Each region in France uses their own local red wine for this dish, so you don’t need to use a bottle of Burgundy. Dumplings made from leftover baguettes make a great alternative to potatoes, as well as soaking up the juices from the stew.
- 900 g (2 lb) beef shin or stewing beef, cut into 6 large chunks
- 2 tbsp plain flour
- 2 tbsp vegetable oil
- 150 g (5Â½ oz) lardons or cubes of smoked bacon
- 10 button onions or shallots, peeled
- 2 cloves garlic, crushed flat
- 1 bay leaf
- bunch parsley, stalks only
- sprig of thyme
- sprig of rosemary
- 3 cloves
- 10 peppercorns, crushed
- 500 ml (18 fl oz) red wine
- 1 tbsp tomato purÃ©e
- 1 tsp sugar
- 1 tsp salt
- 10 chestnut mushrooms
- parsley leaves, chopped, to garnish
For the dumplings
- 200 g (7 oz) stale baguette or other bread (crust included)
- handful chopped parsley
- 250 ml (9 oz) milk
- pinch of nutmeg
- salt and freshly ground black pepper
- 1 free-range egg
- 1 tbsp plain flour
- butter, for frying
Oven temperatures are for conventional; if using fan-forced (convection), reduce the temperature by 20˚C. | We use Australian tablespoons and cups: 1 teaspoon equals 5 ml; 1 tablespoon equals 20 ml; 1 cup equals 250 ml. | All herbs are fresh (unless specified) and cups are lightly packed. | All vegetables are medium size and peeled, unless specified. | All eggs are 55-60 g, unless specified.
Make the stew the day before to give the flavours time to develop. Add the mushrooms before gently reheating (no boiling). The dumplings can be kept in an airtight container in the fridge for 2 hours.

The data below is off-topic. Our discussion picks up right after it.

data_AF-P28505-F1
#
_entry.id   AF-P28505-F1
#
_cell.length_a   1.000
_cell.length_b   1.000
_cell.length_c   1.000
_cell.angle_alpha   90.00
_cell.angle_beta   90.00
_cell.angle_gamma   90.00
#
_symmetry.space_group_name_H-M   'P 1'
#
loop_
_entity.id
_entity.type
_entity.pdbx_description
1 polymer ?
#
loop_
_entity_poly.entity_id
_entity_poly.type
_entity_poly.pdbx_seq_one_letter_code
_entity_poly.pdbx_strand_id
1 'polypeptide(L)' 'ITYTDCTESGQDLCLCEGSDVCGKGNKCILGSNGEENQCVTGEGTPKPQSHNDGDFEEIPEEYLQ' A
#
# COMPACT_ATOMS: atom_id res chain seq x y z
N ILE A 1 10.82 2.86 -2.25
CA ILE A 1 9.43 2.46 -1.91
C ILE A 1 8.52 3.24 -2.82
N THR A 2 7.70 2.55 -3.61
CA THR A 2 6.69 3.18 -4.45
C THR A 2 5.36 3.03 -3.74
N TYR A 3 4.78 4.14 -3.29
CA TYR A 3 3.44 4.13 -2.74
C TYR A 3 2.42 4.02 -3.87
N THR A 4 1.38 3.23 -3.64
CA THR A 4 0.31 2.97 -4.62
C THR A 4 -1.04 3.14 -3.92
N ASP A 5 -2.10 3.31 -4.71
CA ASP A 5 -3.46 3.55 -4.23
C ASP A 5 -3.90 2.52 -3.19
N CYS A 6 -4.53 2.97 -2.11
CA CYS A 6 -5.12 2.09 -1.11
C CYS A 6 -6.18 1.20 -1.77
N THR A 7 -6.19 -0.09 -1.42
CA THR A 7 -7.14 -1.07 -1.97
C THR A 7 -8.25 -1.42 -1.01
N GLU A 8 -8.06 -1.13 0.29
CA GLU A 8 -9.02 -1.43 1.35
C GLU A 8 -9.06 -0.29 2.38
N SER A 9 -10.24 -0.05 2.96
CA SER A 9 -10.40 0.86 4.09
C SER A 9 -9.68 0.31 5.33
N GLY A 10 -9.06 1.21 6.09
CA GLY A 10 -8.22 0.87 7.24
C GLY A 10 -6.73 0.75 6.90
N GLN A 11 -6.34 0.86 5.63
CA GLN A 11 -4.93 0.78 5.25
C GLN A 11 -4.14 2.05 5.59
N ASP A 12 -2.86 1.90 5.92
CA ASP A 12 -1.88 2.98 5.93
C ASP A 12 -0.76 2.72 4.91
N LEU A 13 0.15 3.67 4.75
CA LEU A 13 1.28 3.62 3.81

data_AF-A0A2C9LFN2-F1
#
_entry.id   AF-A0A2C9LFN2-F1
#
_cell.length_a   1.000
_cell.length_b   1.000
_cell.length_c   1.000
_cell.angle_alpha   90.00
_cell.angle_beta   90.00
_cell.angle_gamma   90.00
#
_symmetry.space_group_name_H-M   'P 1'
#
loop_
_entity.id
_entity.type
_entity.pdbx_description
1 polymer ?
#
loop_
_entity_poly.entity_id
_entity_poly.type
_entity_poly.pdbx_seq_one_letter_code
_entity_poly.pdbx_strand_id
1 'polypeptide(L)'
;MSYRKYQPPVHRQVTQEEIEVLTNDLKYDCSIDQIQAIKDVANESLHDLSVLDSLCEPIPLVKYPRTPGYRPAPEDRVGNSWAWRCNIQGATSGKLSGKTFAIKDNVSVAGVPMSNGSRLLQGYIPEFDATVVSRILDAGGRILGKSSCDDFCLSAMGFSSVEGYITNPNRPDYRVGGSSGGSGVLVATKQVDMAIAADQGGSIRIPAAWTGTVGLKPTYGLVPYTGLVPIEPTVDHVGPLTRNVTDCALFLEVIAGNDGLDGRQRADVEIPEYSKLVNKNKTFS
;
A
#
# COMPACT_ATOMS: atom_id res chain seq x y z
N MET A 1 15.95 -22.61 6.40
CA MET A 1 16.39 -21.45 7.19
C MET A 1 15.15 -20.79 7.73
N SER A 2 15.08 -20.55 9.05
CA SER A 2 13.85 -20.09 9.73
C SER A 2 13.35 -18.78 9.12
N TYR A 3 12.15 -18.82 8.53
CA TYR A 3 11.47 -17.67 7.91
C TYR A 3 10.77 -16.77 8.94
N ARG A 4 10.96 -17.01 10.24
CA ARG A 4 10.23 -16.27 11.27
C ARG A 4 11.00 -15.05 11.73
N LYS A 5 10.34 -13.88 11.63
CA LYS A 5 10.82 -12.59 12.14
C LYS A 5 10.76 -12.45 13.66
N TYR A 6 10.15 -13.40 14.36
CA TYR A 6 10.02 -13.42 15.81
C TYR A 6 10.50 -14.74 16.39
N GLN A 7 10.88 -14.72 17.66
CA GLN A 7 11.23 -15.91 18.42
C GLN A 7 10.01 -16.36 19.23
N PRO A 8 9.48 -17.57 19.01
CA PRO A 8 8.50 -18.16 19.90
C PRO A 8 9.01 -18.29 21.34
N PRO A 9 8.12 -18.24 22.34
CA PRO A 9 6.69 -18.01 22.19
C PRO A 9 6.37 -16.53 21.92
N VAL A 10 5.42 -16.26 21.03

Preheat the oven to 150°C/300°F/Gas 2.
Dust each piece of meat with flour. Heat the oil in a large casserole over a high heat and fry the meat in batches until browned. Remove each batch, keeping the oil, then fry the lardons, onions and garlic in the same pan until golden brown. Add the herbs and spices and return the meat to the pan. Add 300 ml/10 fl oz water, the wine, tomato paste, sugar and salt. Scrape up the caramelised bits as they will add flavour.
Cover, place in the oven, and cook for three hours or until the meat is tender and almost falling apart.
Cut the baguette into small cubes and place in a bowl. Add the parsley. Bring the milk to a boil and pour over. Stir so that the milk is absorbed evenly, then cover and leave for 15 minutes. Season with nutmeg, salt and pepper, stir in the egg, and mix in one tablespoon flour. If the mix is too wet (it should be moist and only slightly sticky), add a second spoon of flour. Wet your hands a little to help stop the dough sticking to them, then make 12–14 dumplings (smaller than a golf ball).
About 20 minutes before the stew is ready, add the mushrooms into the stew and season with salt to taste.
Meanwhile, heat a knob of butter in a large frying pan and fry the dumplings on a medium heat for five minutes or until golden-brown and crisp, then drain.
Garnish the stew with parsley and serve with the dumplings.
Recipes from Little Paris Kitchen by Rachel Khoo (Michael Joseph, 2012). Text © 2012 by Rachel Khoo. Photography by David Loftus.